Then, finally, an opportunity to pursue this lifetime interest appeared. Michael Kaufmann, the director of the Philharmonie in Essen, Germany, asked me to do a series of projects over the period of a year. To end the series, I was invited to write a program of music of my own choosing. I didn’t know what his reaction would be, but I instantly told him I wanted to present him with a Christmas program featuring arrangements of Christmas Carols for brass quintet. Luckily, he liked the idea, so I got together all the Christmas material I had created over the years and started organizing it. I hadn’t realized how much re-orchestrating would be involved, and many of the older efforts weren’t as good as I had remembered, so I ended up writing a lot of new material. The arrangements for brass quintet were all new.
The Essen Christmas concert took place in early December, 2006. We hired Ed Partyka, an impressive tuba and bass trombone player who lived in Berlin and knew all the good players, to assemble a brass quintet. I was the pianist, Steve Swallow played bass, and we added alto saxophone and drums. It was a very satisfying and fun experience, and I hoped that this wouldn’t be the last time we could play this music.
The following year I remained interested in writing Christmas Carol arrangements for brass quintet, and when it was time to decide about tours for 2008 an idea sprung to mind. Steve and I hadn’t played duets for many years. We had toured and recorded as a duo, then with a trio, then a quartet, then a quintet. The more people there were on the stage with me, the more comfortable I felt, so every time we thought about reviving the duets I would ask Steve if we could please include some type of distraction – a troupe of jugglers, a gospel choir or even a movie projected onto the stage while we played, so I wouldn’t feel so self-conscious. This might be the perfect solution: Carla Bley and Steve Swallow plus Brass Quintet playing Christmas Carols!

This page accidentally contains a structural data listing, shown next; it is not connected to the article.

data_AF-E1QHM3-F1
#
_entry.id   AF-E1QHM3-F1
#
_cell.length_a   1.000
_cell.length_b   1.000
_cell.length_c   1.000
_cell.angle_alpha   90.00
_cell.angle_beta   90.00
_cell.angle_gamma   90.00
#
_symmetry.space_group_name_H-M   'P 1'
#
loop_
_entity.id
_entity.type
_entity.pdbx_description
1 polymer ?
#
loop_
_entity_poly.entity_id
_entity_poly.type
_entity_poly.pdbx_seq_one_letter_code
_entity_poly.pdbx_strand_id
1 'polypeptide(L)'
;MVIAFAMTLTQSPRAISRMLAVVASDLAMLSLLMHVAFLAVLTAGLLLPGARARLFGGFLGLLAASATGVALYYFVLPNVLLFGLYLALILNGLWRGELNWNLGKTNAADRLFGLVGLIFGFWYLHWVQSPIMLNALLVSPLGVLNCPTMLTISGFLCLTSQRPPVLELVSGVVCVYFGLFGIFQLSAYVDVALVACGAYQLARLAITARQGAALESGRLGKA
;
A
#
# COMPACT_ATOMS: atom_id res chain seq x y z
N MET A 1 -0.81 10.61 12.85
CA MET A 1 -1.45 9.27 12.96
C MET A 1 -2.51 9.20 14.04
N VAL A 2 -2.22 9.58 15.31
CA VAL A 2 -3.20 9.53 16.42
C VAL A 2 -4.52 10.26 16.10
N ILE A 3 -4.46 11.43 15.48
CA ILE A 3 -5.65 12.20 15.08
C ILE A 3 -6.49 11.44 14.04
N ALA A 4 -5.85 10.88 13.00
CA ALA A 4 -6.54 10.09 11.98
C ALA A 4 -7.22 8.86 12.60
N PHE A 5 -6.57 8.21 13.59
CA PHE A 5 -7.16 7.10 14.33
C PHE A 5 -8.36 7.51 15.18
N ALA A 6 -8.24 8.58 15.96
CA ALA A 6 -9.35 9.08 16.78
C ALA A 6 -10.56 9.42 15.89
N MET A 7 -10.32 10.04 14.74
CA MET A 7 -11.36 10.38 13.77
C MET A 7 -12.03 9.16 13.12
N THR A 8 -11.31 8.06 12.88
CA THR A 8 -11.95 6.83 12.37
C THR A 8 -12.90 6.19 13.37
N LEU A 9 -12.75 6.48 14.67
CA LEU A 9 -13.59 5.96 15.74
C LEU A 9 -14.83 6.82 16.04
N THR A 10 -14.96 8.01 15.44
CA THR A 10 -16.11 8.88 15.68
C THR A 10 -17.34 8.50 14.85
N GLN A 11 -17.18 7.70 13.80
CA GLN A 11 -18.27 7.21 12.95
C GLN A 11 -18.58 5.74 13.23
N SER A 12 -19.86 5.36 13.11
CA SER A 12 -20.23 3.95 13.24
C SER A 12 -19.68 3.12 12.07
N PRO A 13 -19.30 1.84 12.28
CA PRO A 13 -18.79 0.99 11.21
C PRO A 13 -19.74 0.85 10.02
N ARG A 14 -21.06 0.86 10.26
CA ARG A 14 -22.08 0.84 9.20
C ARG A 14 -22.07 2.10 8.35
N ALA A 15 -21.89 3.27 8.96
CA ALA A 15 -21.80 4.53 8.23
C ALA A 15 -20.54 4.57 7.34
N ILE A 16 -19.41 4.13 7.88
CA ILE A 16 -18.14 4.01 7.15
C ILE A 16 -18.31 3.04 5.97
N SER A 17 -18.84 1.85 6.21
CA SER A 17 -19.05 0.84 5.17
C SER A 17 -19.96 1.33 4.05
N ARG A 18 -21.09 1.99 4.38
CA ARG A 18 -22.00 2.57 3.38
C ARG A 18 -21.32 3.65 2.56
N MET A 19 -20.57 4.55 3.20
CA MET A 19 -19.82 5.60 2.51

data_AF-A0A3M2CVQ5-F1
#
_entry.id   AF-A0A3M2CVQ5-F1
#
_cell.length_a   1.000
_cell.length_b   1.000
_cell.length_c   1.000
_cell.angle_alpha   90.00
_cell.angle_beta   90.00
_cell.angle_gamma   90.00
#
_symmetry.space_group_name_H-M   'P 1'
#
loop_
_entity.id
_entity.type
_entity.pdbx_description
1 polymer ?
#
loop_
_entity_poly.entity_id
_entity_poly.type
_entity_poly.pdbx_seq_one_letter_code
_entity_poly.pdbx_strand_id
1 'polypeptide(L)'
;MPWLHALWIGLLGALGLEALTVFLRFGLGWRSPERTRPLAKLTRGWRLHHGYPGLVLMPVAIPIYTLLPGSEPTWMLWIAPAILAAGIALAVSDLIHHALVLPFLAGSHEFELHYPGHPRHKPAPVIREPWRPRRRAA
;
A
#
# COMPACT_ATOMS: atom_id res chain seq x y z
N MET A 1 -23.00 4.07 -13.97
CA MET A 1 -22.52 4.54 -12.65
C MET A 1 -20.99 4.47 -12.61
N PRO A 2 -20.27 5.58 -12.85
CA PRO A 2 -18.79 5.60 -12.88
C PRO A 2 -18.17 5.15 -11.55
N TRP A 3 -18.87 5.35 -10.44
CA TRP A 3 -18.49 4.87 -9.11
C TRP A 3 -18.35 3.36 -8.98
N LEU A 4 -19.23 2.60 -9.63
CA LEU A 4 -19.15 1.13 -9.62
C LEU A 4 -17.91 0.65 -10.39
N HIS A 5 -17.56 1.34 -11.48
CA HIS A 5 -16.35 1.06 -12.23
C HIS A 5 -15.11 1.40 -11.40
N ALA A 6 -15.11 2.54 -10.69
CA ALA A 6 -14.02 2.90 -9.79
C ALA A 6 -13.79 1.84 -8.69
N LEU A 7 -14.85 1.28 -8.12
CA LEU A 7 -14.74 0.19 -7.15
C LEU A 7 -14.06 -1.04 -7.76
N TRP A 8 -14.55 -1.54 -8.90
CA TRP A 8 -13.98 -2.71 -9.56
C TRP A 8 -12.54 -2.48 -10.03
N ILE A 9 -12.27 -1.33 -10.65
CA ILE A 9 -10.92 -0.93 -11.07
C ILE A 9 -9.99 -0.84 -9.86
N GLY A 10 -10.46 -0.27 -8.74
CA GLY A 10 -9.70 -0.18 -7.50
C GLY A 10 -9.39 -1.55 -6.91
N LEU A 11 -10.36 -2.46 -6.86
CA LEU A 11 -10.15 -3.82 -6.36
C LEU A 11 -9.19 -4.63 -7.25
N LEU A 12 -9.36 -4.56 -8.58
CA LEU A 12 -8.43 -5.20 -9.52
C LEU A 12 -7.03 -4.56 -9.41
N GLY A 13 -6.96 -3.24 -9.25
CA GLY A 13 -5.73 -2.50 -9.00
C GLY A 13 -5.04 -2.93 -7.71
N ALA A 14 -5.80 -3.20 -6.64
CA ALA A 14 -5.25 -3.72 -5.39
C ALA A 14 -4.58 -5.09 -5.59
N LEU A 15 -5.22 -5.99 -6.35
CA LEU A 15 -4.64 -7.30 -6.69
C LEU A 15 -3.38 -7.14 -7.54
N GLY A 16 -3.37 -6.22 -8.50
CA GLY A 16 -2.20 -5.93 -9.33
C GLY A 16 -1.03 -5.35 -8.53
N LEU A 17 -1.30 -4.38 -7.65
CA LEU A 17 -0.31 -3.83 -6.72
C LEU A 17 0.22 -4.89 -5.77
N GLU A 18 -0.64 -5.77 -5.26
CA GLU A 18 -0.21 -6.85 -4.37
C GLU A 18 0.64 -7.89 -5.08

We told Ed Partyka our idea and asked him to try to get the same brass players we had used in Essen and to keep the first week of December open. Then we asked Karin Kreisl, our agent at Saudades, to book us a Christmas tour directly following the final concert of my residency at the Essen Philharmonie. She wasn’t sure she could pull together a tour at that time of year, but eventually got enough concerts to make it worth doing. I started re-writing the pieces that had included alto and drums, and also discovered a few more Christmas songs I wanted to arrange for my new band.
It turned out to be a wonderful little tour. We played in Italy, Greece, Germany, Poland and France – five countries in five days. The brass players (the same musicians we had played with a year earlier except for a new Horn player) were fun to travel with and they all played great. And during the pieces where only the brass played, Steve and I got to sit at the back of the stage, just listening. After the last concert we went to a little town in the south of France and recorded at La Buissonne, our favorite studio. Sometimes everything works out just right.